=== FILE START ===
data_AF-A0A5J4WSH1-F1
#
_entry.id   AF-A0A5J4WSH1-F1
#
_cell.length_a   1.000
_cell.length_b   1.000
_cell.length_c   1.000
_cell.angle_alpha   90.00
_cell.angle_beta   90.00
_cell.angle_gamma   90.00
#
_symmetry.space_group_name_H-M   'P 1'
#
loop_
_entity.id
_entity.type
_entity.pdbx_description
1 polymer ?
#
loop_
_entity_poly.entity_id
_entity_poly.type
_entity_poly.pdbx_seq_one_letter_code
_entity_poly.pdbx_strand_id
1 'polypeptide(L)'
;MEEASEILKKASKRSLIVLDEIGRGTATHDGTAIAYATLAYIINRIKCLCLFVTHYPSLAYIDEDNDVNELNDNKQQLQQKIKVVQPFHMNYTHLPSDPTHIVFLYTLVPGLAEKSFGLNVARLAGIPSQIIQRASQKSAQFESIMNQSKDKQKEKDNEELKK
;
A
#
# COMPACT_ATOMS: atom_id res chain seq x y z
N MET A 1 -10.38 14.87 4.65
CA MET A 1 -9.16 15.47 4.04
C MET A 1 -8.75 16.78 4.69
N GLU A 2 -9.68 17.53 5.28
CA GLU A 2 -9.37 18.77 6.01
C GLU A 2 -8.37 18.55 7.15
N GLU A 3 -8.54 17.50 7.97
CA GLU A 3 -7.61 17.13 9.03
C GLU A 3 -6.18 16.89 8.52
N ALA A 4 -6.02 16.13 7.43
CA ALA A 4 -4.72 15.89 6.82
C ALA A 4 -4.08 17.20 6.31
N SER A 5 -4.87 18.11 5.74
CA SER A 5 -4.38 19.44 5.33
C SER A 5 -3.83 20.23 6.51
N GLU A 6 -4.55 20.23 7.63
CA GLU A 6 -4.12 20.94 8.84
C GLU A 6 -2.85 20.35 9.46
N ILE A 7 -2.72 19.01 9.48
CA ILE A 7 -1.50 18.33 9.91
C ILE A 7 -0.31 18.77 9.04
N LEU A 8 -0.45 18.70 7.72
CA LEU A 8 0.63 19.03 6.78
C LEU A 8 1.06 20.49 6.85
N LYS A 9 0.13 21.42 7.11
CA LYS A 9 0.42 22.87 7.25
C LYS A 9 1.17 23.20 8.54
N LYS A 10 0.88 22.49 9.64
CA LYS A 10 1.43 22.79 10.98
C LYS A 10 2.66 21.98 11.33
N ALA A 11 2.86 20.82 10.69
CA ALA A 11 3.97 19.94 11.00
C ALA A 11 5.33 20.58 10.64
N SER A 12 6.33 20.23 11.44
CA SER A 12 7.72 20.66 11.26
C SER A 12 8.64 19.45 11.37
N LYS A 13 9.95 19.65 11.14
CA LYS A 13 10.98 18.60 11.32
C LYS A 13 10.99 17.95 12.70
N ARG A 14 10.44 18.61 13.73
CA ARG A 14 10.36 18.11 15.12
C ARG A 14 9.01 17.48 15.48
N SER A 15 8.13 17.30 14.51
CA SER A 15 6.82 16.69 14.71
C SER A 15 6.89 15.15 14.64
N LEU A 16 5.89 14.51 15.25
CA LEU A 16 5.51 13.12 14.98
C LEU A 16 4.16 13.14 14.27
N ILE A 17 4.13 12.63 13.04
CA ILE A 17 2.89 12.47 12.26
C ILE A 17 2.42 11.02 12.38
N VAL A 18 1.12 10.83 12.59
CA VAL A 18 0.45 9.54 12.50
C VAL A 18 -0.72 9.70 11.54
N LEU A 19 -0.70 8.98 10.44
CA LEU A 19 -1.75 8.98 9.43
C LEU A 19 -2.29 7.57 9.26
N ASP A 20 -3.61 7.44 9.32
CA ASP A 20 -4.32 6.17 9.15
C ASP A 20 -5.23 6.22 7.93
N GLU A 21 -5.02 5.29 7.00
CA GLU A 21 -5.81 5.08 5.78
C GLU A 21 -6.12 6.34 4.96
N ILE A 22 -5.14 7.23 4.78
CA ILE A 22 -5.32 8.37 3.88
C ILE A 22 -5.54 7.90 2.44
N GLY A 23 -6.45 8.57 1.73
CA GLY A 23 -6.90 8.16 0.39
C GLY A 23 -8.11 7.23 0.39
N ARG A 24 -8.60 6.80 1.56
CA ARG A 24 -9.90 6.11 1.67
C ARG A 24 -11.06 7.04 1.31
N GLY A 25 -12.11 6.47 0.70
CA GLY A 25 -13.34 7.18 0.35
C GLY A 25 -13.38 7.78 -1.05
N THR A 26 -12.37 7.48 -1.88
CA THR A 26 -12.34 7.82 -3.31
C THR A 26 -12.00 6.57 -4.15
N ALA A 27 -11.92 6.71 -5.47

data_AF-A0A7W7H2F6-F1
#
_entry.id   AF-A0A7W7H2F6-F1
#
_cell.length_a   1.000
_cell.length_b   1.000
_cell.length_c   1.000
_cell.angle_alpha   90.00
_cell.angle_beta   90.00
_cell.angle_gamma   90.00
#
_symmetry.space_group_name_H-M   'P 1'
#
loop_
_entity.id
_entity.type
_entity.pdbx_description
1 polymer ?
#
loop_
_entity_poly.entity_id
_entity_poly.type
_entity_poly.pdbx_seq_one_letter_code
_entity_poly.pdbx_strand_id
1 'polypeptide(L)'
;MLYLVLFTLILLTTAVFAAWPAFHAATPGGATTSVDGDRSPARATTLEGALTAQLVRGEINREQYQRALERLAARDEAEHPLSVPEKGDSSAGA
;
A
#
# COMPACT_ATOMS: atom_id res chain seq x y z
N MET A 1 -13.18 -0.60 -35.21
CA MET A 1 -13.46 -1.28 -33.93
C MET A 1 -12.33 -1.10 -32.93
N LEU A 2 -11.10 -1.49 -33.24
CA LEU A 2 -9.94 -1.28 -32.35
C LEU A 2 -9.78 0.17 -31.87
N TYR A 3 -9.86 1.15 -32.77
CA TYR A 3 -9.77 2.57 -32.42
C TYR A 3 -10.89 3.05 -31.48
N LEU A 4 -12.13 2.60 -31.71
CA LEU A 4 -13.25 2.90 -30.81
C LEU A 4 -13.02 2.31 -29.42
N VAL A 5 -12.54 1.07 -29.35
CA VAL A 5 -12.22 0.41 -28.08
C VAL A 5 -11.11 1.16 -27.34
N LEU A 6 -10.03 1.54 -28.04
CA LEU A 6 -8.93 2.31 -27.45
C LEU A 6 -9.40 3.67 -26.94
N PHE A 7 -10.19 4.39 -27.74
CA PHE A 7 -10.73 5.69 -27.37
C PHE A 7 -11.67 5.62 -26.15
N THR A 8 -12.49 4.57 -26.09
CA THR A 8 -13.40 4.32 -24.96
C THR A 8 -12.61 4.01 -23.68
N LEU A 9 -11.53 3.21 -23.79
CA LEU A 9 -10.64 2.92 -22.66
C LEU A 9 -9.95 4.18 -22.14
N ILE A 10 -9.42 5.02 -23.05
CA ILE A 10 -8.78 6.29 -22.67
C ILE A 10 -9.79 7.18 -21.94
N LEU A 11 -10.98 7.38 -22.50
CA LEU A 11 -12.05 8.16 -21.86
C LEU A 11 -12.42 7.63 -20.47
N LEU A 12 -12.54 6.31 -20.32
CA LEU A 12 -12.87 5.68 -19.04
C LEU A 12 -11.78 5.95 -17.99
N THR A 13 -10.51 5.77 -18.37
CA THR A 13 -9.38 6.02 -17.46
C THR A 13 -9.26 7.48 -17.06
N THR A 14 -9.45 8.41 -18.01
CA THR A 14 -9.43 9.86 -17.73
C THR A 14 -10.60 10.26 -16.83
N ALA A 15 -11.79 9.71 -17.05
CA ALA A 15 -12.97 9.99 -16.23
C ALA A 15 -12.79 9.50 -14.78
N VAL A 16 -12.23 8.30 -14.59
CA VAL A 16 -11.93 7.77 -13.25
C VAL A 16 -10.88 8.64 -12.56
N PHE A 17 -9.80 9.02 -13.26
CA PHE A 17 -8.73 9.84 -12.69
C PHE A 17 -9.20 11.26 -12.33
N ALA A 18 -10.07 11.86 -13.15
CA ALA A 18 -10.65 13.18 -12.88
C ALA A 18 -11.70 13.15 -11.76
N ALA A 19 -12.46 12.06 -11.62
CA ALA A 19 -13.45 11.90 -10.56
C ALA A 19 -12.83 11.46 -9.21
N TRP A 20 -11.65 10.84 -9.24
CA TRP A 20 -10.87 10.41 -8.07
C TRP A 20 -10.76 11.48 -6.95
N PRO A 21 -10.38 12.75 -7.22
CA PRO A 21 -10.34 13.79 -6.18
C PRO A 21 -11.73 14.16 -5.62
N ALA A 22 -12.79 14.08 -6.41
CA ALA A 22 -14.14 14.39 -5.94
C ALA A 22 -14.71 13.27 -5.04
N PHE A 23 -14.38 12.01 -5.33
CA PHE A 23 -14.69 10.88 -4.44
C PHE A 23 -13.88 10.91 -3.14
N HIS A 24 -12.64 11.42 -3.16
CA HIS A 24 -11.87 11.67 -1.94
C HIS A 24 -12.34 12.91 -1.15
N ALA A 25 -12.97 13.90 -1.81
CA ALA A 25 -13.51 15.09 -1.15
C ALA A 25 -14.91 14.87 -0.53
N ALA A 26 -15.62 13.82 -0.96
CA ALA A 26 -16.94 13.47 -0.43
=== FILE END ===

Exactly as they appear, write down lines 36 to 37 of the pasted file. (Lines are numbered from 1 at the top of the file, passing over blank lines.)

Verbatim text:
C GLU A 2 -8.37 18.55 7.15
N GLU A 3 -8.54 17.50 7.97